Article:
With the increase of COVID-19 cases in our community, Duke hospital medicine has been making several updates in order to stay in front of the pandemic.
Early on, the Duke hospital medicine team recognized the need to create isolation units to separate and group suspected patients with COVID-19. This work occurred at all 3 hospitals (Duke University Hospital, Duke Regional Hospital, and Duke Raleigh Hospital) with input from hospitalists, intensivists, infectious disease specialists, nursing, respiratory therapists, engineering, materials & supplies management and many others.
Within a short time span, isolation units were open at all 3 hospitals and are being staffed by hospitalists and intensivists. These units have new teams and workflows that are developing an amazing work culture. The supporting teams have been dedicated to meeting the needs of our patients and their families during these troubling times.
Hospital Workflows & Processes
Hospitalists at all 3 sites have been participating with the myriad of policy and process changes that affect flow in hospital practices. This includes clinical patient flow, updates to rapid response teams/code blues for COVID-19 patients, transfer requests into DUHS, and what kind of resources need to be purchased for various units. Our administrative teams have also been working shifts to help screen visitors to the hospital for COVID-19 during the initial visitation restrictions. Hospital medicine leadership is embedded as key leaders in the incident command structure of the hospitals.
Hospitalists have been engaged with plans for personal protective equipment (PPE) preservation efforts. The hospital medicine team is participating in a plan to sterilize N95 masks using aerosolized hydrogen peroxide and reuse them. They have also been bundling care with nursing so that only one person enters a COVID-19 isolation room when possible to conserve PPE.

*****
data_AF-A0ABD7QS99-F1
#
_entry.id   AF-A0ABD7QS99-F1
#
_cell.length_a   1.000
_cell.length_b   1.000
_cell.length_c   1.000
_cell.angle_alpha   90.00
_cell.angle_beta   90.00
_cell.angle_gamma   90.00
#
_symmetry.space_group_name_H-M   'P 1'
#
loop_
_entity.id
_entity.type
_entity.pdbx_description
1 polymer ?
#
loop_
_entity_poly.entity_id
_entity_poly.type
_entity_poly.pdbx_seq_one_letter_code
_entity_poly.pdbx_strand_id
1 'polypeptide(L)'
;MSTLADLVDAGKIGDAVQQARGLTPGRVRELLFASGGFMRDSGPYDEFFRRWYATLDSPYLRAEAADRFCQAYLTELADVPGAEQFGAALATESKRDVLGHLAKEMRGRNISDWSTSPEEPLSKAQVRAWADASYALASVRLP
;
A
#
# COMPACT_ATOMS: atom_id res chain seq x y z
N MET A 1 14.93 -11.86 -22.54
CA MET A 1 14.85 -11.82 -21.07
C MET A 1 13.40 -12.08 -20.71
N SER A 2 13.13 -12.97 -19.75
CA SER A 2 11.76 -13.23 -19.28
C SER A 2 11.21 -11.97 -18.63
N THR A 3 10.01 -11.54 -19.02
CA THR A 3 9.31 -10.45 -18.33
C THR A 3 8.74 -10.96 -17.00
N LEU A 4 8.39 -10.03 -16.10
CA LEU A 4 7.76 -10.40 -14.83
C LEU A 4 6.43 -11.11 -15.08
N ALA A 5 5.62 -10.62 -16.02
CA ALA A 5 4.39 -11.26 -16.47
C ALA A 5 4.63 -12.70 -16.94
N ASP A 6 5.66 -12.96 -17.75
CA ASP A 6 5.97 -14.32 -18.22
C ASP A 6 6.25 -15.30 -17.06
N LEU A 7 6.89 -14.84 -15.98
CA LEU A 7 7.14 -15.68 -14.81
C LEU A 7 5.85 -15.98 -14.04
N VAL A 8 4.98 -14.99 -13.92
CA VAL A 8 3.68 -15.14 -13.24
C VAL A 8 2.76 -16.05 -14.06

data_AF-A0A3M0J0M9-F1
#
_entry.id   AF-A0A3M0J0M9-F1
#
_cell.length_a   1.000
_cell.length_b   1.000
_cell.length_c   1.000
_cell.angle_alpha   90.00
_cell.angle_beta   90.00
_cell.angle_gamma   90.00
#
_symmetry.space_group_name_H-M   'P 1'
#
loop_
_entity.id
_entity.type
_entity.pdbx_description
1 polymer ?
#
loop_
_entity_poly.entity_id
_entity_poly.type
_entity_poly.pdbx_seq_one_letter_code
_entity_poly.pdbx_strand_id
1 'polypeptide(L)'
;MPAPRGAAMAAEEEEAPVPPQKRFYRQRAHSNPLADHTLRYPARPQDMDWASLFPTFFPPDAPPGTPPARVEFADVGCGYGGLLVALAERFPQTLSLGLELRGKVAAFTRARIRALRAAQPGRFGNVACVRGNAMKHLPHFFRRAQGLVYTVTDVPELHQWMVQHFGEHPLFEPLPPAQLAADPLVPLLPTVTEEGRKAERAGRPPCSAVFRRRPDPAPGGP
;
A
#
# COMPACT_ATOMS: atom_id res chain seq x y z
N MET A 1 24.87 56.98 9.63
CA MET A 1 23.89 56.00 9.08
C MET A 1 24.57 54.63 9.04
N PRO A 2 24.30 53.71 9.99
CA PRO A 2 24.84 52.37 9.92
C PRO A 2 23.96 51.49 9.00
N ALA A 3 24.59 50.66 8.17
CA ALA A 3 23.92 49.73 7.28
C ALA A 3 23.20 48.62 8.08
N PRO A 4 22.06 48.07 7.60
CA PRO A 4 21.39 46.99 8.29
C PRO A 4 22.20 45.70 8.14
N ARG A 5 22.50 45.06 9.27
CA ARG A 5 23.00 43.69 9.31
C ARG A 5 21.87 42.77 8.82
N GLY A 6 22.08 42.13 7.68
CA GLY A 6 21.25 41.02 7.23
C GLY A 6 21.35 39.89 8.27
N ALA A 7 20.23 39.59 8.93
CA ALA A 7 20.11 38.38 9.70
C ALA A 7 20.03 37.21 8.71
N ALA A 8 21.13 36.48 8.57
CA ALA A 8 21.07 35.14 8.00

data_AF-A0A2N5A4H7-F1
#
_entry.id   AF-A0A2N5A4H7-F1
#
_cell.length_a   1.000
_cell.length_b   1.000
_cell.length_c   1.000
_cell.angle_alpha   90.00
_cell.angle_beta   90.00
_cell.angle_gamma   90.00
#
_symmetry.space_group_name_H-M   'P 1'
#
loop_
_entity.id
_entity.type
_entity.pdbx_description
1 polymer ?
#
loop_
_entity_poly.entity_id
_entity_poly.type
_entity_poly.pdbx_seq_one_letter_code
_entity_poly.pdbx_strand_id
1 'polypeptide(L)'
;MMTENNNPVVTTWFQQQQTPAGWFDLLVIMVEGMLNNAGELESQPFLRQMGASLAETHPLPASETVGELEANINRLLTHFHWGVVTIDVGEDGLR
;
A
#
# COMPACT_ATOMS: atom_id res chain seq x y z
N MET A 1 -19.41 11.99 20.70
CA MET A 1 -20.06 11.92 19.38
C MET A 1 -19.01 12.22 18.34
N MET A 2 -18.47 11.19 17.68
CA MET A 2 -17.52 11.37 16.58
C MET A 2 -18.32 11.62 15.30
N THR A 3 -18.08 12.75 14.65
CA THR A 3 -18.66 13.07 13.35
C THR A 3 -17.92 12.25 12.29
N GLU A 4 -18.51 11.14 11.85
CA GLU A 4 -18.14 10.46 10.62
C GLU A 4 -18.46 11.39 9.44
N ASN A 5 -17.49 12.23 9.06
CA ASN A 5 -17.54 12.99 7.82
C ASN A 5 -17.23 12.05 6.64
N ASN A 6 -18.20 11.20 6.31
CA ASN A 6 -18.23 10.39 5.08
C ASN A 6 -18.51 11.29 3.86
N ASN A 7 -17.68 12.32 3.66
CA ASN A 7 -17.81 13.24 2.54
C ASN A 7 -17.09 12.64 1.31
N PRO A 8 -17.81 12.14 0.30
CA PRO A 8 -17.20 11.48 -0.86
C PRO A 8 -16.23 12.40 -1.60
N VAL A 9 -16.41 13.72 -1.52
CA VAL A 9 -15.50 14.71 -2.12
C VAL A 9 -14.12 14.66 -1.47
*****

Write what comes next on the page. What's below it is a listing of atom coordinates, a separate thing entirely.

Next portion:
Dr. Noel Ivey, a hospitalist at Duke University Hospital, has been partnering with Dr. Cameron Wolfe, of Duke Infectious Disease, to help enroll patients in clinical trials for possible COVID-19 treatments.
"This is a major area for us to support given the lack of effective treatments for this illness," says David Gallagher, MD, Chief of Hospital Medicine programs.
Several Duke hospitalists have developed a series of online/virtual group chats, including cocktail hours, to address the loneliness of social isolation. These have been well received by the group and many have found them as a great support tool.
A structured support system to help providers who need childcare has also been created. Contact Dr. Joanna Kipnes for more info.
COVID-19 Surge Projections
The hospital medicine team anticipates significant increases in hospitalizations at all 3 Duke hospitals, due to the projected surge in our communities of COVID-19 infections. Duke hospitalists have been partnering with colleagues in Departments of Medicine, Surgery, Anesthesiology, GME, and others to help meet the need for an increased number of providers to care for these patients.
Did We Miss Anything?
Be sure to reach out to DGIM Communications Strategist, Clare Il'Giovine, with any other hospital medicine updates.